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Other Trending Techniques
to actual data values. For instance, instead of charting each month’s sales for a single year, you could
chart the average sales for Q1, Q2, Q3, and Q4. With such a chart, you get a directional idea of
monthly sales, without the need to look into detailed data.
Take a look at Figure 8-30, which shows two charts. The bottom chart trends each year’s monthly
data in a single trending component. You can see how difficult it is to discern much from this chart. It
looks like monthly sales are dropping in all three years. The top chart shows the same data in a
directional trend, showing average sales for key time periods. The trend really jumps at you, showing that
sales have flattened out after healthy growth in 2011 and 2012.
Figure 8-30: Directional trending (bottom) can help you reveal trends that may be hidden
in more complex charts.
Smoothing data
Certain lines of business lend themselves to wide fluctuations in data from month to month. For instance,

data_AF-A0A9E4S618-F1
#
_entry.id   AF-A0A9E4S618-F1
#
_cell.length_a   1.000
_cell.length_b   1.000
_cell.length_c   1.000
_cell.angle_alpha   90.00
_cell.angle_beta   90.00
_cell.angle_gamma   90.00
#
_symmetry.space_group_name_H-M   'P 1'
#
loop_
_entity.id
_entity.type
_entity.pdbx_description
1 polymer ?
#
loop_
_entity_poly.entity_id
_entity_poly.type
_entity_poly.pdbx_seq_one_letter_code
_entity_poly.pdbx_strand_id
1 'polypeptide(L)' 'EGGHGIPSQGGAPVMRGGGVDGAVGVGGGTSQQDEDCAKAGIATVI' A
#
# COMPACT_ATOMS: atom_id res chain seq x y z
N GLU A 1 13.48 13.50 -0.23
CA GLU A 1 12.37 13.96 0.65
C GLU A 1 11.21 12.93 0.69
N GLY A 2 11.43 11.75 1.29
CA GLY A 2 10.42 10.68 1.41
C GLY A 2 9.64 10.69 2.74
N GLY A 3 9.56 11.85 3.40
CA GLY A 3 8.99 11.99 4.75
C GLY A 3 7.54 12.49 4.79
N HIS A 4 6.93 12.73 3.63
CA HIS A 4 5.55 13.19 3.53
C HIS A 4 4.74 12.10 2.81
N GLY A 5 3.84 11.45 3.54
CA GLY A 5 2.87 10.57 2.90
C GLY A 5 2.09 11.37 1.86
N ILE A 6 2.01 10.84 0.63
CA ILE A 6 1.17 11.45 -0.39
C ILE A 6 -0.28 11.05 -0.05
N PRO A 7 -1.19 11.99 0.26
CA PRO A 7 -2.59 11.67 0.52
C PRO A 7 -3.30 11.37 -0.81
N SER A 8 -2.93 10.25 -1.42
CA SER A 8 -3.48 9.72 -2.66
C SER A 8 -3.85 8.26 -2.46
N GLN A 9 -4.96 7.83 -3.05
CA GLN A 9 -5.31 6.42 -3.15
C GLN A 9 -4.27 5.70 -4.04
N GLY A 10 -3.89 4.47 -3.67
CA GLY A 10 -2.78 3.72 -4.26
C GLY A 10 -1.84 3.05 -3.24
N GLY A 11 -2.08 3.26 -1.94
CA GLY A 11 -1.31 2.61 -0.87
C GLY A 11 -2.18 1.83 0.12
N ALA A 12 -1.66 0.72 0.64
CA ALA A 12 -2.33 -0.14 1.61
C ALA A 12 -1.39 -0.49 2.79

a consulting practice may go months without a steady revenue stream before a big contract comes along
and spikes the sales figures for a few months. Some call these ups and downs seasonality or business
cycles .
Whatever you call them, wild fluctuations in data can prevent you from effectively analyzing and
presenting trends. Figure 8-31 demonstrates how highly volatile data can conceal underlying trends.
This is where the concept of smoothing comes in. Smoothing does just what it sounds like — it forces
the range between the highest and lowest values in a dataset to smooth to a predictable range
without disturbing the proportions of the dataset.
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